This severely affected the Republic’s military capacity, and defeat after defeat forced Gilead east of the Rockies. Massive trench-filled fronts similar to the Western Front sprung up across the former United States, and by 1992 it was universally acknowledged that the war was going nowhere. The Republic negotiated the Treaty of Salvation a year later solidifying the border between the Republic and its various rivals. The military was no longer needed in such numbers, and the Council feared that if they were not satisfied, they could overthrow the Republic and reestablish the old National government. Thus, they looked to history to solve the issue and found an example that suited them- the Roman colonia system, in which all soldiers received a plot of land for their duties to the state. This system, while archaic, solved the problem of jobless soldiers, and if they refused, they would be solved with a bullet to the head.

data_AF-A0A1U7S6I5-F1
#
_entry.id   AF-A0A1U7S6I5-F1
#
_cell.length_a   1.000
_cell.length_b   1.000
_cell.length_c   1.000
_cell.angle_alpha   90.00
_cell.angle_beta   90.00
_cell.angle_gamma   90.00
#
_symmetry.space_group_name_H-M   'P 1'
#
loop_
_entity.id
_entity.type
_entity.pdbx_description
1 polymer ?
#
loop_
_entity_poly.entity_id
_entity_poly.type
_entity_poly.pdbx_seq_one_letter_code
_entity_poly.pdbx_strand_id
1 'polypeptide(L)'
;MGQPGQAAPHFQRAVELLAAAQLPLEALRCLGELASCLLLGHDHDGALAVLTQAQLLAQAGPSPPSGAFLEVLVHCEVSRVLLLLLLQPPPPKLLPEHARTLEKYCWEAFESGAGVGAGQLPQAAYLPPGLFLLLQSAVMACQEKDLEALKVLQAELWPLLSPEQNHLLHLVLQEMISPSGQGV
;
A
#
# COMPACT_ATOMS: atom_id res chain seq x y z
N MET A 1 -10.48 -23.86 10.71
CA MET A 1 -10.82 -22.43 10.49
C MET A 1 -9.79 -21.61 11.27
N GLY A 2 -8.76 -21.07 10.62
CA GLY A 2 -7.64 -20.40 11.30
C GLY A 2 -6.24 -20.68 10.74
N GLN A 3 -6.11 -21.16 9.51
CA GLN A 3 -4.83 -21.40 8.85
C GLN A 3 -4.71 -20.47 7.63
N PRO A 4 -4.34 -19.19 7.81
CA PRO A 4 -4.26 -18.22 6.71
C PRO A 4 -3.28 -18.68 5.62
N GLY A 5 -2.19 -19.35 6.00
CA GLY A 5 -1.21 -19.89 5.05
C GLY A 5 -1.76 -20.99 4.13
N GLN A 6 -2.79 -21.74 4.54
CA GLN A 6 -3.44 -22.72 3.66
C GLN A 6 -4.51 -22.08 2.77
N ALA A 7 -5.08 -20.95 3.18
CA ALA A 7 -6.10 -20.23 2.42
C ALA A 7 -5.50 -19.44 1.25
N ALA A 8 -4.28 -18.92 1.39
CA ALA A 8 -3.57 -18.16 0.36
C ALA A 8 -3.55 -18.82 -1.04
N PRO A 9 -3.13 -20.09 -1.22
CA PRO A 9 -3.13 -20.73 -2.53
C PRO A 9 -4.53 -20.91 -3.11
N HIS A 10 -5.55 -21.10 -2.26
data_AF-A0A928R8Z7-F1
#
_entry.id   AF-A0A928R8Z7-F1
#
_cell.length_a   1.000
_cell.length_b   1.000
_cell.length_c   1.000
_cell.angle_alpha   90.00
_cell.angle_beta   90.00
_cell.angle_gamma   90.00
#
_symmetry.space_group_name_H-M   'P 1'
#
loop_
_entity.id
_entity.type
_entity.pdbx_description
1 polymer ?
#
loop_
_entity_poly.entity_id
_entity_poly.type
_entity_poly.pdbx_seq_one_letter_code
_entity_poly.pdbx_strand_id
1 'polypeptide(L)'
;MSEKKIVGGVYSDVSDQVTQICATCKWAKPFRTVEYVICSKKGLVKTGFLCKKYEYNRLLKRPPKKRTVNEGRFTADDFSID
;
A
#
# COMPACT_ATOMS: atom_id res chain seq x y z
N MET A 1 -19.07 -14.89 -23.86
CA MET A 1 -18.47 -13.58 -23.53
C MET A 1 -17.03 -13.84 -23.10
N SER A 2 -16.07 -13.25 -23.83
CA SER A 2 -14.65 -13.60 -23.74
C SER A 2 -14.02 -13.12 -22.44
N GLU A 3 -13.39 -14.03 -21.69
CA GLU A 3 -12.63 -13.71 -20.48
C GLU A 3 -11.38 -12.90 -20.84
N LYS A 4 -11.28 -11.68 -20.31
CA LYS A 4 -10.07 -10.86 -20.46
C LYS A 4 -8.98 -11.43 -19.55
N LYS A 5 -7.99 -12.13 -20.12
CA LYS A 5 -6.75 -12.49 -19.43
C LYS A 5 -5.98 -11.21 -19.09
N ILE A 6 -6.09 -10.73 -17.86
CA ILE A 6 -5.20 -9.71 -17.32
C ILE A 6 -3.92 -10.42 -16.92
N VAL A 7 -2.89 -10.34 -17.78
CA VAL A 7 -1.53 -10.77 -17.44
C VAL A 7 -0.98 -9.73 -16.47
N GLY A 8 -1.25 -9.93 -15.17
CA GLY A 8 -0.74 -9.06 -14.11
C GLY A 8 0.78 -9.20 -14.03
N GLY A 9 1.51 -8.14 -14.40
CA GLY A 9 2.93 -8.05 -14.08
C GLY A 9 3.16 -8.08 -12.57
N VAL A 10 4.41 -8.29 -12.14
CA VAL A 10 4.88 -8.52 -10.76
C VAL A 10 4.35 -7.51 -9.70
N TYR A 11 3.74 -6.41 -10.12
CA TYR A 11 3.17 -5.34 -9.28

The introduction of the Land to the Soldiers program reduced the number of active military personnel, while remaining soldiers were reorganized into an entity that was a hybrid of both a police force and a professional army. Said entity, however, became entangled within the newfound Republic bureaucracy, which already was choking the economy. Papers for redeployment along the western border became a hassle to process. Promotions became a grueling process of total examination, ranging from what an individual consumed to what they did in their leisure time. The neologism “revolutionary bureaucratism” emerged to describe the system that Gilead increasingly became.